Interactive Radio

Project Type: Product Design

Course: Experimental Form // Professor Mark Baskinger // Fall 2014

The purpose of this project was to design and create an interactive radio that moves past typical UI interactions that involve touch screens, knobs, and buttons. The radio was fabricated through 3D printing, and the functionality was implemented using Arduino.

1. Concept Ideation

I began by sketching a variety of possible concepts. I was particularly interested in exploring wearable technology and gesture-based input.


2. Prototyping & Iteration

We started the process of experimenting with electronics and various forms of controls by creating foam board prototypes.

"Radio in a Week" Project

We hacked apart a basic alarm clock radio and built alternative control mechanism (buttons, switches, sliders, or knobs) into a foam board prototype. The radio is "on" when it's positioned upright, "off" when rolled onto its side, and the top panel slides to control the volume.

Form Prototype

I built a foam board prototype to test the wristband concept that I had sketched above. I wanted to experiment with the idea of transforming the shape from one form to another when in the off (unworn) position versus the on (worn) position. After building the model, I decided that more space would be necessary to fit the electronics, so perhaps a different form would be more appropriate.

Interaction Prototype

Since many of my concepts involved sensing gestures, I built an interactive "proof of concept" prototype to figure out what kind of gestures I could detect using an accelerometer. I wrote a Processing sketch to run on an old Android phone, which graphs accelerometer readings and detects several simple movements in a mock radio simulator. 

3. Product Design & Fabrication

After sketching out a basic circuitry mockup and purchasing parts, I created a 3D CAD model using SolidWorks to design an exterior housing for the parts. I had the main parts 3D printed, and I created mechanical joints using ball bearings, toothpicks, and a screw cap from a plastic jar.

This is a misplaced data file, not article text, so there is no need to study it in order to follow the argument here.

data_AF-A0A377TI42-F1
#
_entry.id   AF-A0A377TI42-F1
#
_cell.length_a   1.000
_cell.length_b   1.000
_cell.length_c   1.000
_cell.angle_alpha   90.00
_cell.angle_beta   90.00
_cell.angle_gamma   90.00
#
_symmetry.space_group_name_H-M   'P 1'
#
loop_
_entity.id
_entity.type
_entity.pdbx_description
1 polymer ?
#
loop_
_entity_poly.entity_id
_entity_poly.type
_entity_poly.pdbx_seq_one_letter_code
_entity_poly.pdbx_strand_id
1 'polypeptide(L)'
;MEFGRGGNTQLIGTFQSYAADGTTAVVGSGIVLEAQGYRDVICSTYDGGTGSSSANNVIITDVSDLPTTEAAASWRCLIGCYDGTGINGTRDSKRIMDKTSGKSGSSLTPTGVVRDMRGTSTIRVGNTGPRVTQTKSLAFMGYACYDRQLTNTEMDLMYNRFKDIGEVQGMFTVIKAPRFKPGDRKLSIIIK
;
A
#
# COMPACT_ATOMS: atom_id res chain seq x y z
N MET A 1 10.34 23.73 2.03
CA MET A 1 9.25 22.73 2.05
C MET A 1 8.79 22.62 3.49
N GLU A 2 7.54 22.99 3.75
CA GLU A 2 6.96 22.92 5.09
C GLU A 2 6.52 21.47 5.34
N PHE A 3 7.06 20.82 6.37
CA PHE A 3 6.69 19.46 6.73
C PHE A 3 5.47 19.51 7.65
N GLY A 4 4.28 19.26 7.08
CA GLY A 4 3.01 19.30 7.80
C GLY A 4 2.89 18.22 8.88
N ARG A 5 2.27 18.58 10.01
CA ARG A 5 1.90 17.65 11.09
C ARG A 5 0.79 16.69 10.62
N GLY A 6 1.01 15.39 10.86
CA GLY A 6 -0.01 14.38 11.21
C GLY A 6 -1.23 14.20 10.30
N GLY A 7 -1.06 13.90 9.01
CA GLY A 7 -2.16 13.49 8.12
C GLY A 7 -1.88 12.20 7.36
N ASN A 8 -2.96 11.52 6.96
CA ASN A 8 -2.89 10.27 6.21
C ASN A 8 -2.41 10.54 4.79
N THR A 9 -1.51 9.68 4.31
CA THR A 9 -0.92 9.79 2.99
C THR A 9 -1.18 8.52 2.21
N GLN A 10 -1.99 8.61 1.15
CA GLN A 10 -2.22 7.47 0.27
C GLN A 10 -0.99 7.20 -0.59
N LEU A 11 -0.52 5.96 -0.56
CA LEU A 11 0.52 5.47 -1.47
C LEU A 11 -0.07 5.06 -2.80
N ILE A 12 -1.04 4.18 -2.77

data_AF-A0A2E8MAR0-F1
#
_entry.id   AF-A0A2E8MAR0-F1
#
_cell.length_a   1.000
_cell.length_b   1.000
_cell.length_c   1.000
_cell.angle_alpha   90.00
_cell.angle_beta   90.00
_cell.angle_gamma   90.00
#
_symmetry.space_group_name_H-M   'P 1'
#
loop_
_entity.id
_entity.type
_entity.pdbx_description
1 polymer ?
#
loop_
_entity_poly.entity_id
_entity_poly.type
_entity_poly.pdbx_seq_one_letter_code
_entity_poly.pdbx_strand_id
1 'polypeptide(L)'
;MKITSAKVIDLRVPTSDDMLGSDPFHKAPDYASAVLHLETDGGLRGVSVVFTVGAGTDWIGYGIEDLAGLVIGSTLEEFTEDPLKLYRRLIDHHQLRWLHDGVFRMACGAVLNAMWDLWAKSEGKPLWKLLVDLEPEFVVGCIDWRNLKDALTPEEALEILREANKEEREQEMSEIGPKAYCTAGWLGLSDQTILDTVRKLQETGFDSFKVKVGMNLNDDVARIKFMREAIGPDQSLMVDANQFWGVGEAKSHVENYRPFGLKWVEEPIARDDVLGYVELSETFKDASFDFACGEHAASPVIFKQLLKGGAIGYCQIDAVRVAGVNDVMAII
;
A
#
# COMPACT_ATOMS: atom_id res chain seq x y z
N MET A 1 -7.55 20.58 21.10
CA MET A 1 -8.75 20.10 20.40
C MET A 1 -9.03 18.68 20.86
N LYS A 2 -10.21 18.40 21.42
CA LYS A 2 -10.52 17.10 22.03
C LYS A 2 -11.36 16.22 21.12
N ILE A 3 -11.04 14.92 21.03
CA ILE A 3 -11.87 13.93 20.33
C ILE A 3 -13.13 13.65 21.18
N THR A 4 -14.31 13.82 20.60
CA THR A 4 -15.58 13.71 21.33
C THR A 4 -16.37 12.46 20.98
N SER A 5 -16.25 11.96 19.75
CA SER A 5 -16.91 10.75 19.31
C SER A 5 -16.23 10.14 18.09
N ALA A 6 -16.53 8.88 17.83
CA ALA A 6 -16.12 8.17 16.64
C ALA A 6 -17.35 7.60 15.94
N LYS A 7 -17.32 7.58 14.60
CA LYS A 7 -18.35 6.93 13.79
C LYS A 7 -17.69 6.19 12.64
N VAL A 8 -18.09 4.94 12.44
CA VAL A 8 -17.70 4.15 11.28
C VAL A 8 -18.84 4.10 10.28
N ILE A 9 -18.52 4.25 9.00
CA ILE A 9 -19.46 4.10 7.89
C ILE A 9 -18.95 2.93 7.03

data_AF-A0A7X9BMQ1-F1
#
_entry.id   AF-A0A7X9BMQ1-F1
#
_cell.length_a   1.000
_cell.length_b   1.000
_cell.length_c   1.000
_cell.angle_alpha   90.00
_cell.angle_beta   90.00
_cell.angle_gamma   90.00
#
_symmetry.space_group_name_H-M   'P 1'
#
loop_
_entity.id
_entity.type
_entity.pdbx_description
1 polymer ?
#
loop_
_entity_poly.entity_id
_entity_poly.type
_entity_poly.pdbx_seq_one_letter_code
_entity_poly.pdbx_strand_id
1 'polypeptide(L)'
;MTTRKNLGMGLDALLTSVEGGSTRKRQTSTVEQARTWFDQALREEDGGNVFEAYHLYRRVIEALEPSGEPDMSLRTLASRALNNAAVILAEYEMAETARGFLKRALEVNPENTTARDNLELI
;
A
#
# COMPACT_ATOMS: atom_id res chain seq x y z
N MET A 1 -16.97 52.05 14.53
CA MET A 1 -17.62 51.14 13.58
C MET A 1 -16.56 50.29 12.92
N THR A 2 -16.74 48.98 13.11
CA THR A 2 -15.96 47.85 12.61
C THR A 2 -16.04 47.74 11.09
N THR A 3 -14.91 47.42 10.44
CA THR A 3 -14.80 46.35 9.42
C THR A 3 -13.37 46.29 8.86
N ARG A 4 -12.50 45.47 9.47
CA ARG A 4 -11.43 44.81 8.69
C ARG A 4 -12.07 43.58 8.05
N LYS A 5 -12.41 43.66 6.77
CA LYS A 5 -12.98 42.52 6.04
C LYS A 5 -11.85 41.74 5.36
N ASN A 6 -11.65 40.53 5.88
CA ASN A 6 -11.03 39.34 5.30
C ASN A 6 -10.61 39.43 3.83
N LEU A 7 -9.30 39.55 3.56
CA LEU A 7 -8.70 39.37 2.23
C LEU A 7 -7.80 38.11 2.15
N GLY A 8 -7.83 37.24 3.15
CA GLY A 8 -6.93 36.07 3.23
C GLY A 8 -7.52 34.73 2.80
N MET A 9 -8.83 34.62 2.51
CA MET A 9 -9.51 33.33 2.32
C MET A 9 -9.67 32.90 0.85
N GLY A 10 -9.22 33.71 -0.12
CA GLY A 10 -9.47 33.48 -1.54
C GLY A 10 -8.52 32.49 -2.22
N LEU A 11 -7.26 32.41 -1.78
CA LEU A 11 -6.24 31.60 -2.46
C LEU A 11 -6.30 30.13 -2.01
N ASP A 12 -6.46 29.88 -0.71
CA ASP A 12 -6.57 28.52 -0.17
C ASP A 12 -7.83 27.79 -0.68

4. Electronics & Arduino

Originally, I designed the radio to have a hand-held wireless controller. This would have its own battery power and would be controlled by a Lilypad Arduino, and would use a transmitter to send data back to the main Arduino UNO controlling the radio. However, due to various complexities that arose as well as my own inexperience, this design proved to be too complex for me to implement. In the end I modified the design to run on a single Arduino UNO, with wires running to the hand-held controller.

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5. Reflection & Lessons Learned

This was my first experience with using Arduino, and I learned a great deal about sensors, circuits, and electrical components through the many mistakes I made along the way. In the end, the wireless design of the hand-held controller pod proved to be beyond my capabilities at this point. However, in the future I would be much more equipped to make smarter decisions when selecting components and configuring circuits.

Conceptual Design:

A wireless hand-held controller pod controls the radio through various gestures.

Actual Implementation:

The wireless design proved to be too complex, and I ended up having to run a cable to the controller pod. Despite the appearance of the cord, this "proof of concept" is fully functional and can be controlled using movement and gestures.